The Society of European Affairs Professionals (SEAP) reiterated its commitment to promoting transparency in EU lobbying and a voluntary registry, but highlighted a number of “potential pitfalls” that the group wishes the Commission to avoid.
The Commission Communication ‘Follow-up to the Green Paper European Transparency initiative’ set out a system of voluntary registration for lobbyists, which should be put in place by Spring 2008.
Those who register will be subject to rules on disclosure that would require information about their main sources of funding, broken down by category, and disclosure of any clients’ names.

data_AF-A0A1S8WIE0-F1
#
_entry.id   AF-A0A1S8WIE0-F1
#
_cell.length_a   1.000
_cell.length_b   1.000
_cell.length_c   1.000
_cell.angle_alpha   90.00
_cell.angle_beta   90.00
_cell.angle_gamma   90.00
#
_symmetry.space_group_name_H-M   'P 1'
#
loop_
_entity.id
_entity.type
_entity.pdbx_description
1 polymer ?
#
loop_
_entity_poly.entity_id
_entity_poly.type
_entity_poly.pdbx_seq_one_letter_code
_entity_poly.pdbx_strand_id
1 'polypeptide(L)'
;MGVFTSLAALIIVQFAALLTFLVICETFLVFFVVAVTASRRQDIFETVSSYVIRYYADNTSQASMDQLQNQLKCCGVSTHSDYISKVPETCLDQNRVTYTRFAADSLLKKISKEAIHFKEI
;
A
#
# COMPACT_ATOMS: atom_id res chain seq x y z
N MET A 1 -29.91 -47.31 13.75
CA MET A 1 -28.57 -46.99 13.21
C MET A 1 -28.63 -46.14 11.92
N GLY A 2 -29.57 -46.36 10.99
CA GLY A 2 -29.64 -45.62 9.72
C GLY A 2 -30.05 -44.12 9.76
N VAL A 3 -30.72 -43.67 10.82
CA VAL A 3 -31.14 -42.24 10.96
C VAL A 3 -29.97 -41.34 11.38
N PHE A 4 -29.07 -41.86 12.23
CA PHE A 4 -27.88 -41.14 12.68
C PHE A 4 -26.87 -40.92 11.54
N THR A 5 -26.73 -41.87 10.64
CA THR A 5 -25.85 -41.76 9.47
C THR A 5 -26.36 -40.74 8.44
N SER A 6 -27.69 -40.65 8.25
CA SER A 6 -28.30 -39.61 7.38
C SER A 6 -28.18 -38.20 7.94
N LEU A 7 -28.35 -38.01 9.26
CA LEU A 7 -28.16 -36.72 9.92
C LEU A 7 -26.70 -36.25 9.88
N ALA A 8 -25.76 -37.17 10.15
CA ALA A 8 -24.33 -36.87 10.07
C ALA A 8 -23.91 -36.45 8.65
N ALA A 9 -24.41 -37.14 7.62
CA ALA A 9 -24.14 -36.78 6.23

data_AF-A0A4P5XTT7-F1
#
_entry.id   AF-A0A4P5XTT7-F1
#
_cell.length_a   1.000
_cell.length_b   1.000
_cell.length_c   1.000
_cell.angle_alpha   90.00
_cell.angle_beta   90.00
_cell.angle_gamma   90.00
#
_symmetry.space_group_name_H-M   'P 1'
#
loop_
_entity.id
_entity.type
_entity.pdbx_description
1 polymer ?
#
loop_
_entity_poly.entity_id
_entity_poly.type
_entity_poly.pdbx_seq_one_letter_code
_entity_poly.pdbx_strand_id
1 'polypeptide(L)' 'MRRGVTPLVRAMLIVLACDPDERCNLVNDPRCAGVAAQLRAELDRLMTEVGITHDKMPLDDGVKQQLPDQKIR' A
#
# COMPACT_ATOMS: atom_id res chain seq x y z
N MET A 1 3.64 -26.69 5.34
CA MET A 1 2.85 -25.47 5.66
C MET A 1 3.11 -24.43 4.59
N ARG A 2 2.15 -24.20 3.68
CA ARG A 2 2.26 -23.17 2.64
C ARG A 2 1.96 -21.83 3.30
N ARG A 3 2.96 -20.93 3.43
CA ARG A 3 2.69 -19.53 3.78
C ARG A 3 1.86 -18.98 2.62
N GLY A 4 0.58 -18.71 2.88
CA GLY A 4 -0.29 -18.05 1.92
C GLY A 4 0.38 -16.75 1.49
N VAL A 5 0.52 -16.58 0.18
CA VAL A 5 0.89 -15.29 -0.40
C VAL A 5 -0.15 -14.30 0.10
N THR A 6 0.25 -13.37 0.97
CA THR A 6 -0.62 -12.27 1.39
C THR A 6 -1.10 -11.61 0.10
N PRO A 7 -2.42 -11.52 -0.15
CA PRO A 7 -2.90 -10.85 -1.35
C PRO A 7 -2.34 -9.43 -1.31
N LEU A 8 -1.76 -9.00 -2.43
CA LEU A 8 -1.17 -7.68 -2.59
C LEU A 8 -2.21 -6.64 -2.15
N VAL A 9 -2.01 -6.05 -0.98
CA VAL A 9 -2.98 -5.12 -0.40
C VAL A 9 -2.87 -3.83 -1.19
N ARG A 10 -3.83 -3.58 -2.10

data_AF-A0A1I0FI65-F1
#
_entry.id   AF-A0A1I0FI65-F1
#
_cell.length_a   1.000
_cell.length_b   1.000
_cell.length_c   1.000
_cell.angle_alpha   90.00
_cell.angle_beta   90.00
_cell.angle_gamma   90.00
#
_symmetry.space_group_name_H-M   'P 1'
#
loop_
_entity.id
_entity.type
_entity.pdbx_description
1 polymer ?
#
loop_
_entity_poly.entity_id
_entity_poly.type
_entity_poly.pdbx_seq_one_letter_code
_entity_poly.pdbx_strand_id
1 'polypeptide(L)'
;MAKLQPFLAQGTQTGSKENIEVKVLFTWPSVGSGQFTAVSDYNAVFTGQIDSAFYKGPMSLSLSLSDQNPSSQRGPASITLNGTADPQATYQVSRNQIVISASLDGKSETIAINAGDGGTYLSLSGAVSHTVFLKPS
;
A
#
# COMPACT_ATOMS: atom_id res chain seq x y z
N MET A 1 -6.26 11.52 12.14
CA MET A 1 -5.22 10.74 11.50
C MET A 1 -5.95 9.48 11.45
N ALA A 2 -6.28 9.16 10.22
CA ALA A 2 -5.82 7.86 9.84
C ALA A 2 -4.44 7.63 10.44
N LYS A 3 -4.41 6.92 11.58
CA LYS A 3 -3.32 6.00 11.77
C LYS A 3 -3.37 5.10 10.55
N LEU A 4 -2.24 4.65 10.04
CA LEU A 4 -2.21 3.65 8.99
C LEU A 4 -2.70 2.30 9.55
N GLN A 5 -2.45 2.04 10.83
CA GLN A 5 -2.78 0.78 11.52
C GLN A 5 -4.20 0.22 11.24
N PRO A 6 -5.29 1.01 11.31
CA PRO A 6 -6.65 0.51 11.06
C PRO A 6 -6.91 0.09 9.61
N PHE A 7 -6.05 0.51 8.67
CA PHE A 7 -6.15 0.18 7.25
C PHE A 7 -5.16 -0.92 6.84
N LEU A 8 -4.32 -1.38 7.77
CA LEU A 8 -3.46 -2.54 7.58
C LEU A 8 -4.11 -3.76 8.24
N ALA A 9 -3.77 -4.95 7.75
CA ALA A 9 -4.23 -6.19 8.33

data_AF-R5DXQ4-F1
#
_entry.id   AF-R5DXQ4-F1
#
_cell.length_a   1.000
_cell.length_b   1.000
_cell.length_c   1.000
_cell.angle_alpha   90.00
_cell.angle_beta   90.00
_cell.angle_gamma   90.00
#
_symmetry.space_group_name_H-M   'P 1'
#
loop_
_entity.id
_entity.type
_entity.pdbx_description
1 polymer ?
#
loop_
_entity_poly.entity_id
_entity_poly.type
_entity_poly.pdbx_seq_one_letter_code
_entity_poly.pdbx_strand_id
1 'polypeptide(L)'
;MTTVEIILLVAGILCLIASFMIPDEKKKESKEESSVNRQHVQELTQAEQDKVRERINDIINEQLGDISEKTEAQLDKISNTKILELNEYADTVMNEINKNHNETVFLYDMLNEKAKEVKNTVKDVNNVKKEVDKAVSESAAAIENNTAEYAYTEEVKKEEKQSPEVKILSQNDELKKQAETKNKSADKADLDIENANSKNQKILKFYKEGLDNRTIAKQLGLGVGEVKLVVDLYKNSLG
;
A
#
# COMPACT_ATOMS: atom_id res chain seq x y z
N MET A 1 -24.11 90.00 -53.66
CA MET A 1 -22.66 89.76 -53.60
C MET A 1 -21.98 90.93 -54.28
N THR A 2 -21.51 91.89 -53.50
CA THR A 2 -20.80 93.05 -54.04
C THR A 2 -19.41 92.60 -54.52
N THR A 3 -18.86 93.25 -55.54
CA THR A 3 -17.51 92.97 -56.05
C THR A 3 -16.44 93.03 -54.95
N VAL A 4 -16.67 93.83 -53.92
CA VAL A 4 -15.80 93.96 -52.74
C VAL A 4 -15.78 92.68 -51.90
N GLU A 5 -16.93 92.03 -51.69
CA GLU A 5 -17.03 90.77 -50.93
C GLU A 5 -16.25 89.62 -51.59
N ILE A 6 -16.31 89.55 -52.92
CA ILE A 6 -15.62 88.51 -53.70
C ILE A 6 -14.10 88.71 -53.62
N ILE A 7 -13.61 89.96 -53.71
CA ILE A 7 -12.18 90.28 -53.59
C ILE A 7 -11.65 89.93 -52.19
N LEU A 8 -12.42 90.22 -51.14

Even if the fees paid by lobbyists’ clients would not have to be disclosed, other aspects of disclosure of funding could be problematic and contrary to the well-established principles of a competitive marketplace, says SEAP.
The register of public affairs outfits, business groupings, non-governmental organisations and law firms would come into effect in 2008 – those who do not register would only have their views on Commission proposals taken into account as individuals.
Commissioner Kallas has said that the city’s 15,000 lobbyists would sign up to preserve their reputation, and added that he would could call for mandatory registration if a review in 2009 found the voluntary system wanting, but warned that this would be legally complex.